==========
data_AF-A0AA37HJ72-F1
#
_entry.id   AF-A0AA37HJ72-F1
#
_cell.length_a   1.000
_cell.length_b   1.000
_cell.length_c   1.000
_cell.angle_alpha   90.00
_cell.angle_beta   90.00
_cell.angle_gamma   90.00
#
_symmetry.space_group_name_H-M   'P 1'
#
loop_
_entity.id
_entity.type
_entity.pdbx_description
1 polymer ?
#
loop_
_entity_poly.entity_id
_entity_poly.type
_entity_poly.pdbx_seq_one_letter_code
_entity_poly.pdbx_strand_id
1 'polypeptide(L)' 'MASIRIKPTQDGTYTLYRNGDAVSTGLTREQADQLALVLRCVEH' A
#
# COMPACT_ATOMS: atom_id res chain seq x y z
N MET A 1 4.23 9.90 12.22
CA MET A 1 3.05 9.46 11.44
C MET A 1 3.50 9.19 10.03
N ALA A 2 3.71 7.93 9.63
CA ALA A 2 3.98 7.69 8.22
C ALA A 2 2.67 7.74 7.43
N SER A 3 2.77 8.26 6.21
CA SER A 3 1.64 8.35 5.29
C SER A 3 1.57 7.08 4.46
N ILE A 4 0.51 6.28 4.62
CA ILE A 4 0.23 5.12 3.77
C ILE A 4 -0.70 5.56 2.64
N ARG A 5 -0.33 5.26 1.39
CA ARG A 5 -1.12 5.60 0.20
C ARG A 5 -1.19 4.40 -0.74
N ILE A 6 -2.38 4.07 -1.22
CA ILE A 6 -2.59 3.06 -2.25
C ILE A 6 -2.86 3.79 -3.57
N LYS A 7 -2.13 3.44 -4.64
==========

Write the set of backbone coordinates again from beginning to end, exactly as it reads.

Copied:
data_AF-A0AA37HJ72-F1
#
_entry.id   AF-A0AA37HJ72-F1
#
_cell.length_a   1.000
_cell.length_b   1.000
_cell.length_c   1.000
_cell.angle_alpha   90.00
_cell.angle_beta   90.00
_cell.angle_gamma   90.00
#
_symmetry.space_group_name_H-M   'P 1'
#
loop_
_entity.id
_entity.type
_entity.pdbx_description
1 polymer ?
#
loop_
_entity_poly.entity_id
_entity_poly.type
_entity_poly.pdbx_seq_one_letter_code
_entity_poly.pdbx_strand_id
1 'polypeptide(L)' 'MASIRIKPTQDGTYTLYRNGDAVSTGLTREQADQLALVLRCVEH' A
#
# COMPACT_ATOMS: atom_id res chain seq x y z
N MET A 1 4.23 9.90 12.22
CA MET A 1 3.05 9.46 11.44
C MET A 1 3.50 9.19 10.03
N ALA A 2 3.71 7.93 9.63
CA ALA A 2 3.98 7.69 8.22
C ALA A 2 2.67 7.74 7.43
N SER A 3 2.77 8.26 6.21
CA SER A 3 1.64 8.35 5.29
C SER A 3 1.57 7.08 4.46
N ILE A 4 0.51 6.28 4.62
CA ILE A 4 0.23 5.12 3.77
C ILE A 4 -0.70 5.56 2.64
N ARG A 5 -0.33 5.26 1.39
CA ARG A 5 -1.12 5.60 0.20
C ARG A 5 -1.19 4.40 -0.74
N ILE A 6 -2.38 4.07 -1.22
CA ILE A 6 -2.59 3.06 -2.25
C ILE A 6 -2.86 3.79 -3.57
N LYS A 7 -2.13 3.44 -4.64